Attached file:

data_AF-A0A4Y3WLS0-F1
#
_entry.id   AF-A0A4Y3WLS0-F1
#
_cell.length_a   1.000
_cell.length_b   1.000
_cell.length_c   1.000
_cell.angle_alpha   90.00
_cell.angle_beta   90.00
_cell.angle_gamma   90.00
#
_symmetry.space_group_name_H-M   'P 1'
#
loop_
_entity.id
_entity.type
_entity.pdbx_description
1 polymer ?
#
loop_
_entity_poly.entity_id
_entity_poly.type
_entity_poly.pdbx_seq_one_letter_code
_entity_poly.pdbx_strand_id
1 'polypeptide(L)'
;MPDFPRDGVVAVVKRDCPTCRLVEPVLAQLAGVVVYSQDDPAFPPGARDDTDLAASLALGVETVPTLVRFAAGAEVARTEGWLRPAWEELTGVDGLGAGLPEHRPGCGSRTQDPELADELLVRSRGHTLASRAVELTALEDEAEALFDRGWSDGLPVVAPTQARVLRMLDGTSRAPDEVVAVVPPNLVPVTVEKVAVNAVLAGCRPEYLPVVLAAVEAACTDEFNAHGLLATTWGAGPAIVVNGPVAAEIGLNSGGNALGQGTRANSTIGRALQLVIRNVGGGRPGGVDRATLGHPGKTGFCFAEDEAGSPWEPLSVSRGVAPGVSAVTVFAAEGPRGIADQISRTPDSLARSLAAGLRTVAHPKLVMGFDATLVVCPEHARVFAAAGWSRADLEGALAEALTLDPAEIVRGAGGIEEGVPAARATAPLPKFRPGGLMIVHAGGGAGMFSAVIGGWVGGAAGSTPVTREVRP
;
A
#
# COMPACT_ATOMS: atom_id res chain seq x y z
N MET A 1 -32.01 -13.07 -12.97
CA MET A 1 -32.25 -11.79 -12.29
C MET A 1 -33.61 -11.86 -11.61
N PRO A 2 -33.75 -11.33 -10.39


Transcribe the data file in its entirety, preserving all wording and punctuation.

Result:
data_AF-A0A4Y3WLS0-F1
#
_entry.id   AF-A0A4Y3WLS0-F1
#
_cell.length_a   1.000
_cell.length_b   1.000
_cell.length_c   1.000
_cell.angle_alpha   90.00
_cell.angle_beta   90.00
_cell.angle_gamma   90.00
#
_symmetry.space_group_name_H-M   'P 1'
#
loop_
_entity.id
_entity.type
_entity.pdbx_description
1 polymer ?
#
loop_
_entity_poly.entity_id
_entity_poly.type
_entity_poly.pdbx_seq_one_letter_code
_entity_poly.pdbx_strand_id
1 'polypeptide(L)'
;MPDFPRDGVVAVVKRDCPTCRLVEPVLAQLAGVVVYSQDDPAFPPGARDDTDLAASLALGVETVPTLVRFAAGAEVARTEGWLRPAWEELTGVDGLGAGLPEHRPGCGSRTQDPELADELLVRSRGHTLASRAVELTALEDEAEALFDRGWSDGLPVVAPTQARVLRMLDGTSRAPDEVVAVVPPNLVPVTVEKVAVNAVLAGCRPEYLPVVLAAVEAACTDEFNAHGLLATTWGAGPAIVVNGPVAAEIGLNSGGNALGQGTRANSTIGRALQLVIRNVGGGRPGGVDRATLGHPGKTGFCFAEDEAGSPWEPLSVSRGVAPGVSAVTVFAAEGPRGIADQISRTPDSLARSLAAGLRTVAHPKLVMGFDATLVVCPEHARVFAAAGWSRADLEGALAEALTLDPAEIVRGAGGIEEGVPAARATAPLPKFRPGGLMIVHAGGGAGMFSAVIGGWVGGAAGSTPVTREVRP
;
A
#
# COMPACT_ATOMS: atom_id res chain seq x y z
N MET A 1 -32.01 -13.07 -12.97
CA MET A 1 -32.25 -11.79 -12.29
C MET A 1 -33.61 -11.86 -11.61
N PRO A 2 -33.75 -11.33 -10.39